# Eval

Eval is a data type for controlling synchronous evaluation. Its implementation is designed to provide stack-safety at all times using a technique called trampolining.

There are two different factors that play into evaluation: memoization and laziness.

Memoized evaluation evaluates an expression only once and then remembers (memoizes) that value. Lazy evaluation refers to when the expression is evaluated. We talk about eager evaluation if the expression is immediately evaluated when defined and about lazy evaluation if the expression is evaluated when it’s first used.

For example, in Scala, a `lazy val` is both lazy and memoized, a method definition `def` is lazy, but not memoized, since the body will be evaluated on every call. A normal `val` evaluates eagerly and also memoizes the result.

`Eval` is able to express all of these evaluation strategies and allows us to chain computations using its `Monad` instance.

#### Eval.now

First of the strategies is eager evaluation, we can construct an `Eval` eagerly using `Eval.now`:

``````import cats.Eval
import cats.implicits._

val eager = Eval.now {
println("Running expensive calculation...")
1 + 2 * 3
}
// Running expensive calculation...
// eager: Eval[Int] = Now(7)
``````

We can run the computation using the given evaluation strategy anytime by using the `value` method.

``````eager.value
// res0: Int = 7
``````

#### Eval.later

If we want lazy evaluation, we can use `Eval.later`:

``````val lazyEval = Eval.later {
println("Running expensive calculation...")
1 + 2 * 3
}
// lazyEval: Eval[Int] = cats.Later@22ea4e3

lazyEval.value
// Running expensive calculation...
// res1: Int = 7

lazyEval.value
// res2: Int = 7
``````

Notice that “Running expensive calculation” is printed only once, since the value was memoized internally. `Eval.later` is different to using a `lazy val` in a few different ways. First, it allows the runtime to perform garbage collection of the thunk after evaluation, leading to more memory being freed earlier. Secondly, when `lazy val`s are evaluated, in order to preserve thread-safety, the Scala compiler will lock the whole surrounding class, whereas `Eval` will only lock itself.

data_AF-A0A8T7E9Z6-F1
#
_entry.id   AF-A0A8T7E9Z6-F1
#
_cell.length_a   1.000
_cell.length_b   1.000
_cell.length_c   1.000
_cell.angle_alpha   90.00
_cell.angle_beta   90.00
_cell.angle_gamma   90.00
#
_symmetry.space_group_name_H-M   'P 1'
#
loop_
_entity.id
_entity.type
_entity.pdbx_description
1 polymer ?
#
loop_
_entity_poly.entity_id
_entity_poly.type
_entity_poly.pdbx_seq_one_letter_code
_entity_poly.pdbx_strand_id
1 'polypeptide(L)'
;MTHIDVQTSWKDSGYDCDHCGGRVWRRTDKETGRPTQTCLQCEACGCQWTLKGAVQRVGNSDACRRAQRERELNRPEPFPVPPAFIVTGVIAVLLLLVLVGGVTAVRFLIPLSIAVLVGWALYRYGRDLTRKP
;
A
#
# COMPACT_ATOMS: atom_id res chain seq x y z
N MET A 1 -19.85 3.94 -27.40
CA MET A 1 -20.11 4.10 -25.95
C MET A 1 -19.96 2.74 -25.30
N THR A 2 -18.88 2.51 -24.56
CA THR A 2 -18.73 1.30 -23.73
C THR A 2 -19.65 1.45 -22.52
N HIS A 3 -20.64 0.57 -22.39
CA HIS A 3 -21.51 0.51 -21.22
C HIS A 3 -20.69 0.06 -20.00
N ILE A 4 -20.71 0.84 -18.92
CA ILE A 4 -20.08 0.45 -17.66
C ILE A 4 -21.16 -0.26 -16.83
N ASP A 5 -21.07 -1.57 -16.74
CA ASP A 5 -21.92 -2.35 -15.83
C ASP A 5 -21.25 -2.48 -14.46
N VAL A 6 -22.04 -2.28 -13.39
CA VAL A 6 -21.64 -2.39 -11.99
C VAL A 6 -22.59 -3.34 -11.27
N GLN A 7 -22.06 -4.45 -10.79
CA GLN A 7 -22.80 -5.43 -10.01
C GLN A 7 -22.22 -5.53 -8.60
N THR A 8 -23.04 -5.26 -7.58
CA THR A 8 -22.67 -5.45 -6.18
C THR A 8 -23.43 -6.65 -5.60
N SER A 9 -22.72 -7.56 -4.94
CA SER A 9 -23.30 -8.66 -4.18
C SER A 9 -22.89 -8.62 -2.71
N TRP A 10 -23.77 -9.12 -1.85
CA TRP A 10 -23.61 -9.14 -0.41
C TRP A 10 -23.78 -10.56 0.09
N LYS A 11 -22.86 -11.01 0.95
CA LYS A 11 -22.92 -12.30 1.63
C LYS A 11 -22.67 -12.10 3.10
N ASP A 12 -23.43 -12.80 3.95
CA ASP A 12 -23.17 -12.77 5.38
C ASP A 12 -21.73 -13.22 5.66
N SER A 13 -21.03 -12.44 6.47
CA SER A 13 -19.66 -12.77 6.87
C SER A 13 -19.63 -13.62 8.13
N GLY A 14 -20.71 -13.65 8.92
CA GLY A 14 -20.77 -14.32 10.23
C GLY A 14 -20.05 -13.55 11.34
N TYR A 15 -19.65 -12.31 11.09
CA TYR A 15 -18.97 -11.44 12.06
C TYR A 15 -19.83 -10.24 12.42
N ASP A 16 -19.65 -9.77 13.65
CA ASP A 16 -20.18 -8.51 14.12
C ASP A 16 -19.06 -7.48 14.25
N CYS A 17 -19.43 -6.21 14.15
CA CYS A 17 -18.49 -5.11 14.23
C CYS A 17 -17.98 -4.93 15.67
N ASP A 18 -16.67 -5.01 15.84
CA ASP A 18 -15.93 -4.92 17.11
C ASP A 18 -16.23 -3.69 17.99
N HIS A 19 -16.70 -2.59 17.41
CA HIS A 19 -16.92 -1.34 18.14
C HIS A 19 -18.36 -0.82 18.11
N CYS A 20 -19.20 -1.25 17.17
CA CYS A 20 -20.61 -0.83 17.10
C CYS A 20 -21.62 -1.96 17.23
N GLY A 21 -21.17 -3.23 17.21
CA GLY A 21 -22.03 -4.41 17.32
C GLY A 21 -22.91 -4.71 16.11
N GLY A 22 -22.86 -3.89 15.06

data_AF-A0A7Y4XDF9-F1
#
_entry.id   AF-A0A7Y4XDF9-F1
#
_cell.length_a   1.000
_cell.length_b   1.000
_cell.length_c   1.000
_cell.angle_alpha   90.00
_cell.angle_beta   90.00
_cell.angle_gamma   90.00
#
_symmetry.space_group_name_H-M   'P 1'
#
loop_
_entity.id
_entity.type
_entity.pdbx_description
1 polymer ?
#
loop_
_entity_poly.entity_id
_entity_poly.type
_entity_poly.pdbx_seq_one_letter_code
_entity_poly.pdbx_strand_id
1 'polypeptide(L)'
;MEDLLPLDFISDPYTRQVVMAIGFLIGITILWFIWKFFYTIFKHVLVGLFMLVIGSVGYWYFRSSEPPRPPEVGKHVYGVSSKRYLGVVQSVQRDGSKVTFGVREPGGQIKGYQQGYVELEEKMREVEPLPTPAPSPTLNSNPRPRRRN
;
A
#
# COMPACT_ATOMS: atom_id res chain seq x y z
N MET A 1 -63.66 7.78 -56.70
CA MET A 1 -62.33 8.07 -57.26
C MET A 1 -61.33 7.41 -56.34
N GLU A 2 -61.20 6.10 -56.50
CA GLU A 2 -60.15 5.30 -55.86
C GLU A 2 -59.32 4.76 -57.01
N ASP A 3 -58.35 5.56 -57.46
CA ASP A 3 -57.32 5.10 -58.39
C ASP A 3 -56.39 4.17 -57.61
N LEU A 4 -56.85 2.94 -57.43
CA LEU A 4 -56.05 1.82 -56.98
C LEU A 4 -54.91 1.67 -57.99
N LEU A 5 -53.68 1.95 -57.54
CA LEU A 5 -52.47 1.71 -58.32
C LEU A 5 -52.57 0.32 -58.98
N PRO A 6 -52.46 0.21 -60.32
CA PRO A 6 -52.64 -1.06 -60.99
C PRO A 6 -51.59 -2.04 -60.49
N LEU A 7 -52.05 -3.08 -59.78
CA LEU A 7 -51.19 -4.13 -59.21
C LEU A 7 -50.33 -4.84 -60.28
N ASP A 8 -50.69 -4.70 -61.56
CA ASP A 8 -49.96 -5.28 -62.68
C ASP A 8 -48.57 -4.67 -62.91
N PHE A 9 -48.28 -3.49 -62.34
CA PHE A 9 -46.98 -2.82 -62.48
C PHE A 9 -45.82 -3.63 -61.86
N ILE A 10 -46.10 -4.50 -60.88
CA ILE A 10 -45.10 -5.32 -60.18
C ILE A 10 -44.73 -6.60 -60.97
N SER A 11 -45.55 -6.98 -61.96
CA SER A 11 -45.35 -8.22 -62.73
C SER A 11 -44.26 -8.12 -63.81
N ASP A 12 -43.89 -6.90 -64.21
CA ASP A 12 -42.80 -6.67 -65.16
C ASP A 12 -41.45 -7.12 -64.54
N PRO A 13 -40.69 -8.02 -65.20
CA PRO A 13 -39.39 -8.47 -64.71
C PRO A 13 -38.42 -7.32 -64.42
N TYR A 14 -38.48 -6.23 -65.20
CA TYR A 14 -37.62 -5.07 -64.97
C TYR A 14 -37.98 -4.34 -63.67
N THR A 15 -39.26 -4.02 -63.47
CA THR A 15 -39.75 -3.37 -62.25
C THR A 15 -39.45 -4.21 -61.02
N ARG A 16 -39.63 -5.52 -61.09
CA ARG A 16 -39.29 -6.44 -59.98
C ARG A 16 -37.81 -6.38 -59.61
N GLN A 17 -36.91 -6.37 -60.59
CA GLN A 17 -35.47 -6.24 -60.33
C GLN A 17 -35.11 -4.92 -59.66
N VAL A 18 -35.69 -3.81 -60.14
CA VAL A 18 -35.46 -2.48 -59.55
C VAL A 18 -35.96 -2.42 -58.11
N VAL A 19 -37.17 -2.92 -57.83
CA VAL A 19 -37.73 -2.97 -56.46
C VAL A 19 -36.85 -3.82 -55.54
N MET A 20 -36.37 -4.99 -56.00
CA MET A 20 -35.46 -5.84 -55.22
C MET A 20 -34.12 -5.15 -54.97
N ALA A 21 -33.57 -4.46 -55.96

#### Eval.always

If we want lazy evaluation, but without memoization akin to `Function0`, we can use `Eval.always`

``````val always = Eval.always {
println("Running expensive calculation...")
1 + 2 * 3
}
// always: Eval[Int] = cats.Always@29e3bb1b

always.value
// Running expensive calculation...
// res3: Int = 7

always.value
// Running expensive calculation...
// res4: Int = 7
``````

Here we can see, that the expression is evaluated every time we call `.value`.

### Chaining lazy computations

One of the most useful applications of `Eval` is its ability to chain together computations in a stack-safe way. You can see one such usage when looking at the `foldRight` method found in `Foldable`. Another great example are mutual tail-recursive calls:

``````object MutualRecursion {
def even(n: Int): Eval[Boolean] =
Eval.always(n == 0).flatMap {
case true => Eval.True
case false => odd(n - 1)
}

def odd(n: Int): Eval[Boolean] =
Eval.always(n == 0).flatMap {
case true => Eval.False
case false => even(n - 1)
}
}

MutualRecursion.odd(199999).value
// res5: Boolean = true
``````

Because `Eval` guarantees stack-safety, we can chain a lot of computations together using `flatMap` without fear of blowing up the stack.

You can also use `Eval.defer` to defer any computation that will return an `Eval[A]`. This is useful, because nesting a call to `.value` inside any of the `Eval` creation methods can be unsafe.